No, the tour didn't end in Halifax, you're right Chris. Sorry for the delay and thanks for reminding my to post a few more pics.
After our well deserved rest day in Halifax we rode to our next province, New Brunswick, home of the world's highest tides and best lobster. Then on to Quebec, where our 1/2 rest day in the beautiful old town on Quebec City was washed away by torrential rain. The last two days were sunny again and it finally became warm, once we had crossed the border to the U.S. temperatures soared up to 80°F/27°C. The tour came to a close in Boston, where we arrived just in time for the upcoming Independence Day celebrations.
5,500 km in two weeks and we still just scratched the surface....
The Bay of Fundy is a great place when it comes to minerals and fossils. We went shopping at Tyson's Rock Shop in Parrsboro. The shop is already impressive, but wait until you see his private collection...
There were stunning pieces not only from Canada, but from all around the world
Shediac prides itself in being the lobster capital of the world. Gary is a huge lobster aficionado, so he felt right at home here.
Rob felt at home, too....
We went on a private lobster cruise and learned everything there is to know about lobsters, how to fish them and how to eat them.
Ron used to be a lobster fisherman for over 35 years. He is retired now but his life still revolves around the tasty crustacean
Kjell bought a t-shirt just for the occasion
Quebec City's most famous landmark is the Chateau Frontenac. The old town is amazing and feels much more European than Canadian
Our last stop in Canada: Fort Chambly, a 300 year-old fortress
Burlington is Vermont largest city and home of Ben&Jerry's, probably the world's most famous ice cream brand. You can see the group heading straight for one of their outlets...
The high temperatures were a great excuse for a massive helping of B&J's.
The bridge across Lake Champlain. No ferry today, Rob....!!!
We're halfway through the tour, so a relaxing rest day comes in handy. Halifax is the largest city in Atlantic Canada, an interesting place with lots of things to do and see.
Peggy's Cove Lighthouse ist supposedly North America's most photographed lighthouse. Per and Uwe were busy adding a few dozen pics to the count
It's the spectacular setting on the whitewashed rocks that sets it apart
This young lady had a hard time parking her car. No idea why, it was a regular passenger car...
The entire old town of Lunenburg is a World Heritage site. The buildings date from the late 19th century and have been beautifully restored. A good place for lunch.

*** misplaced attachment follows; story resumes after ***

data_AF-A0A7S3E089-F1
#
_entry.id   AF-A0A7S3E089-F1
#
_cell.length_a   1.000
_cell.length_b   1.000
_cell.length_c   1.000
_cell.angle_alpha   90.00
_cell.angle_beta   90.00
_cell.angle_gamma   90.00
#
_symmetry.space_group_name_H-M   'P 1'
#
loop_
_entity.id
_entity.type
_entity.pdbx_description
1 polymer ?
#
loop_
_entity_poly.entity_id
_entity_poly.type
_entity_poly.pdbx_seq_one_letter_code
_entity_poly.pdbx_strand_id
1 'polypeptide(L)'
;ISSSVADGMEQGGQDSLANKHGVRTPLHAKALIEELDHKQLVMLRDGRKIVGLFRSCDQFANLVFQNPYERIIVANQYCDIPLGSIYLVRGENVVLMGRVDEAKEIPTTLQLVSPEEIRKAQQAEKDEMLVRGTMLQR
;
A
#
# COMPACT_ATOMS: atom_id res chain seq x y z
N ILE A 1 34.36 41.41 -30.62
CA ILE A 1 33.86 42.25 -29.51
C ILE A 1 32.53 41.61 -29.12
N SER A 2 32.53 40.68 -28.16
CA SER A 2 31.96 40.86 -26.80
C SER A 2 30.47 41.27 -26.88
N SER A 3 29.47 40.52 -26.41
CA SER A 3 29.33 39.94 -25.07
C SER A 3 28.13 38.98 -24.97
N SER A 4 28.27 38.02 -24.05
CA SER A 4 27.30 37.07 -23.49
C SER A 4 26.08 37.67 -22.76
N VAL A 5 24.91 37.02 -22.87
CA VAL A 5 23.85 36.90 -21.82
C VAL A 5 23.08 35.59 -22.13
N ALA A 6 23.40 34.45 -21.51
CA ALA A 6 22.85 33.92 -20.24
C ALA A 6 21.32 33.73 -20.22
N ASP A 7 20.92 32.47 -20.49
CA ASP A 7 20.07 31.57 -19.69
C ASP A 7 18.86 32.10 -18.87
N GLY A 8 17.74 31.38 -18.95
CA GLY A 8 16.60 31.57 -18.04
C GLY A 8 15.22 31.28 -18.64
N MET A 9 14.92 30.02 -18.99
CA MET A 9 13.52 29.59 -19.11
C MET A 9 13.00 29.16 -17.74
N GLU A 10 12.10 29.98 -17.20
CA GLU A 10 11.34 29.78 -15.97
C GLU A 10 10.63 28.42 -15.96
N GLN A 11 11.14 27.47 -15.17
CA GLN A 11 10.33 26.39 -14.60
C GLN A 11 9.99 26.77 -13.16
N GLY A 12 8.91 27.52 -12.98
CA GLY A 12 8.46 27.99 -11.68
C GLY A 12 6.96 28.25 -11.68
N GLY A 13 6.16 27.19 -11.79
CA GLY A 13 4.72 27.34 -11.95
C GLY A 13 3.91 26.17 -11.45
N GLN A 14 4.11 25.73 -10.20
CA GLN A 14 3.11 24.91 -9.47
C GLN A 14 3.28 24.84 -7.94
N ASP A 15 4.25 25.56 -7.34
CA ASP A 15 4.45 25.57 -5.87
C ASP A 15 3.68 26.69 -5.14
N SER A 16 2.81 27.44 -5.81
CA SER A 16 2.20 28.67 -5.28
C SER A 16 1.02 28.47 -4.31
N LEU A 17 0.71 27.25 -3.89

A place to linger for a while. But rain clouds rolled in, so we had to go back to Halifax.
Frank's birthday cake. Happy birthday, Frank!!!
After leaving the ferry we headed straight for the Cabot Trail.Even though the weather was not entirely on our side the ride was gorgeous, the scenery fantastic.
Famous Cabot Trail is one of the world's most scenic roads
One of the things you have to do while in Canada...
Schuberth's C3 Pro comes with antler holders
Thomas, about to embark on a whale watching trip in a Zodiac boat
Accomodation for the night was the Keltic Lodge. It features a restaurant with a view...
The Blue Puttees was already waiting for us. It's an 8 hour ferry ride across the Cabot Strait
Our last highlight on the island of Newfoundland was the old granite lighthouse at Rose Blanche, but even more so it was the road that leads there. 40 beautiful kilometers of awesome curves and stunning scenery.
Rose Blanche Lighthouse. The yellow and orange lights had their day off...
The pathway to the lighthouse
Rob was happy to be there, too
The former lighthouse keeper's bedroom.
Day 4 in Newfoundland: after a cold start in St. Anthony the air quickly warmed up to a balmy 20°. Clear blue sky, sunshine, beautiful scenery, and to top it all off an amazing meal at our hotel in Steady Brook. A good day. Tomorrow is our last day in Newfoundland, then we leave for Nova Scotia.
Fishing trawler returning back to St. Anthony. The early morning light was pure magic!
Makes you think, doesn't it?
The road to Fishing Point lighhouse
A small iceberg, only about as big as a house.
Fishing Point lighthouse
The crisp morning air quickly convinced Christina that the passenger seat in the van was much better than the one of the RT. We pulled over for some additional Kodak moments...
The crew and their bikes
In 1919 the S.S. Ethie was thrown on the beach by one of the worst storms in history. Her remains are still scattered all around.
The group at a lookout in Gros Morne National Park. The table mountains in the background are made up of rock that used to be the Earth's mantle. Tectonic pressure moved it to the surface.